Arar's lawyer: Afghan torture a case of deja-vu.

The vicious attack by Peter MacKay on Richard Colvin is truly alarming. MacKay strikes me as worse than his Reform Party comrades. Not only is he a promise breaker but he tries to discredit a civil servant just for blowing the whistle. It is clear that the government did know that something was going on since they had already changed their practice after earlier complaints. That upper echelons had never heard about what was going on is completely incredible. There has obviously been tacit acceptance of the practice of torture but for the sake of expediency the reality has been ignored and then denied when it is revealed. This is from the Star.


Arar-case lawyer sees torture déjà vu
Afghans' rights record should have led officials to suspect prison abuse, Cavalluzzo concludesRichard J. Brennan


Afghanistan's widely criticized record on human rights should have been enough for Canadian officials to suspect detainees in Afghan prisons were being tortured, says Paul Cavalluzzo, the senior commission counsel at the Maher Arar inquiry.

"In light of the human rights record of Afghanistan, you would expect that officials would check it out either themselves or through non-governmental agencies like the Red Cross as to what may be occurring," Cavalluzzo told the Toronto Star Friday.

The Conservative government has steadfastly refused to acknowledge widespread torture in Afghan jails despite testimony this week from senior Canadian diplomat Richard Colvin, who said that while at the Canadian embassy in Afghanistan in 2006 he repeatedly warned senior government and military officials of allegations of physical and mental abuse.

Cavalluzzo, a respected Toronto lawyer, cited similarities between the Conservative government's hard-line position and Canada's role in the torture of Arar in a Syrian prison.

Arar, a Canadian citizen, was passing through New York on his way home to Ottawa from a vacation in Tunisia seven years ago when U.S. officials held him, wrongly accused him of links with Al Qaeda and sent him to Syria, where he was jailed for months and regularly beaten.

"I saw many similarities because his (Defence Minister Peter MacKay's) position seems to be that unless you see the torture occurring then you don't have proof of it. In one of the key lessons of the Arar report, the commissioner was critical of consular officials (in Syria) who basically said the same thing," Cavalluzzo said.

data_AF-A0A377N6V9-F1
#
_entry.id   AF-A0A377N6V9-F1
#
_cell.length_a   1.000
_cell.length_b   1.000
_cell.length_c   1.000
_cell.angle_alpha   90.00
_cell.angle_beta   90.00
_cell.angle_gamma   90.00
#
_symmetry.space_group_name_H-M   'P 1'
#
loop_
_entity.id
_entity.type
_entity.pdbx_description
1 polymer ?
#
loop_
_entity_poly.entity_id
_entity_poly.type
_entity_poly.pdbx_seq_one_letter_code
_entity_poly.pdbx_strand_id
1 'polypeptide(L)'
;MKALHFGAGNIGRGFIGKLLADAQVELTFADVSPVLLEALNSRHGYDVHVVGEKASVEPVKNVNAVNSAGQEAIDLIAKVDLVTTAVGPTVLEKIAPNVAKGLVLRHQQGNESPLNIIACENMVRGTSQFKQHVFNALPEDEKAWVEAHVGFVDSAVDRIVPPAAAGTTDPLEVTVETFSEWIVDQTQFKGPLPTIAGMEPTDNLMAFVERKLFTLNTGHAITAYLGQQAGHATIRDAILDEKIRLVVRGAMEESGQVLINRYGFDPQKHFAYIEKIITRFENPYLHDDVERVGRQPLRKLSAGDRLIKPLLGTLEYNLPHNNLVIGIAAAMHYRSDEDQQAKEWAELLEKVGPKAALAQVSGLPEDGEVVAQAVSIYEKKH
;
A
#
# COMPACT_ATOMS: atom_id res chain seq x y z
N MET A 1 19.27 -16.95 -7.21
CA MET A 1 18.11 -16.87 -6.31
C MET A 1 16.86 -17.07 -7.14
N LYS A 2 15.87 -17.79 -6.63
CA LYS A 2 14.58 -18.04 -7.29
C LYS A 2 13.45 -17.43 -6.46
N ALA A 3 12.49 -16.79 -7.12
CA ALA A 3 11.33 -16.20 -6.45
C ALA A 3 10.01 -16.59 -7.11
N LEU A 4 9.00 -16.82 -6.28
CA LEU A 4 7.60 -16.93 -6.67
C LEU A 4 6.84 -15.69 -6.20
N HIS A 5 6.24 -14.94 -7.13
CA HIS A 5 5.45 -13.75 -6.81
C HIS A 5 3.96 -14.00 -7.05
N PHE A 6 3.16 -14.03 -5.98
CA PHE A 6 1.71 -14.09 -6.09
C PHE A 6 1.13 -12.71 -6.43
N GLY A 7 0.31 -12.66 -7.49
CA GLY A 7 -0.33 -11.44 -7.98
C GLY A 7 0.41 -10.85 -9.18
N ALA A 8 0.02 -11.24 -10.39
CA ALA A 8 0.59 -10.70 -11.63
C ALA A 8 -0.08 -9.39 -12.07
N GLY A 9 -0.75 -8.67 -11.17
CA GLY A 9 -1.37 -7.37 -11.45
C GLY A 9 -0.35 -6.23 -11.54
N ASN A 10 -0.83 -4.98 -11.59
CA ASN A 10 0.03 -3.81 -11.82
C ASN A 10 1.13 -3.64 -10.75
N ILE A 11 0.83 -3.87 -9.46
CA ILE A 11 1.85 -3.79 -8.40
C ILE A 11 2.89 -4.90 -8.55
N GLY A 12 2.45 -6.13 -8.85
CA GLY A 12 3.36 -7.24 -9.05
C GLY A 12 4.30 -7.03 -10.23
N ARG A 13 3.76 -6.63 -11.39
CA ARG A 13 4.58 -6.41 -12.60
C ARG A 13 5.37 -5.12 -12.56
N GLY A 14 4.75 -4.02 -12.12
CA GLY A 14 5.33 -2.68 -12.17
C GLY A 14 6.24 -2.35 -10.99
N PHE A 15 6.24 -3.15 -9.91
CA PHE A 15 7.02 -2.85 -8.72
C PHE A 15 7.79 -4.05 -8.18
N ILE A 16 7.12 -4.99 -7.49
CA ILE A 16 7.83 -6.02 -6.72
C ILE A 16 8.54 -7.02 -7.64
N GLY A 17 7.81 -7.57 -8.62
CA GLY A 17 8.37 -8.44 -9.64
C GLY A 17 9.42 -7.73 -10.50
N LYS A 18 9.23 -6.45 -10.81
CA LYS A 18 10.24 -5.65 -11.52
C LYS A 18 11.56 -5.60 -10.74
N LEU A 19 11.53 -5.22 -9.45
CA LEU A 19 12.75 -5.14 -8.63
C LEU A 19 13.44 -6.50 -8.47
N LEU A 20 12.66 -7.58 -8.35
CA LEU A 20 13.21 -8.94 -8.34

Dennis O'Connor, the associate chief justice of Ontario who headed the federal inquiry into the Arar affair, cleared the telecom engineer of terrorism allegations, and found the actions of Canadian officials likely led to his being deported by U.S. authorities to Syria.

In 2007, Arar received $10.5 million compensation from the federal government and an apology from Prime Minister Stephen Harper.

After Colvin reignited the Afghan torture controversy, Conservatives launched an all-out effort to discredit the 40-year-old diplomat, saying his allegations were based on hearsay and not first-hand knowledge.

"There was no credible evidence in Mr. Colvin's testimony, not a shred of specific evidence," said Transport Minister John Baird, who fielded questions on Afghan detainees in the House of Commons Friday.

Cavalluzzo said Canadian embassy officials in the Arar case also said they didn't suspect torture because they didn't see it happen.

Cavalluzzo said O'Connor found that "in situations like that you've got to be more analytical in the sense that you have to look at the human rights record of the country, the human rights records of the detention centre where the person is, and you make an educated decision.

"It seems in this instance that's what Mr. Colvin was doing. He didn't see it, obviously, but he recognized it and when he made these reports alarm bells should have rung in Ottawa and a thorough investigation should have occurred at that time. In my view, Colvin was acting quite appropriately ... because he has an obligation to bring it forward to his superiors."

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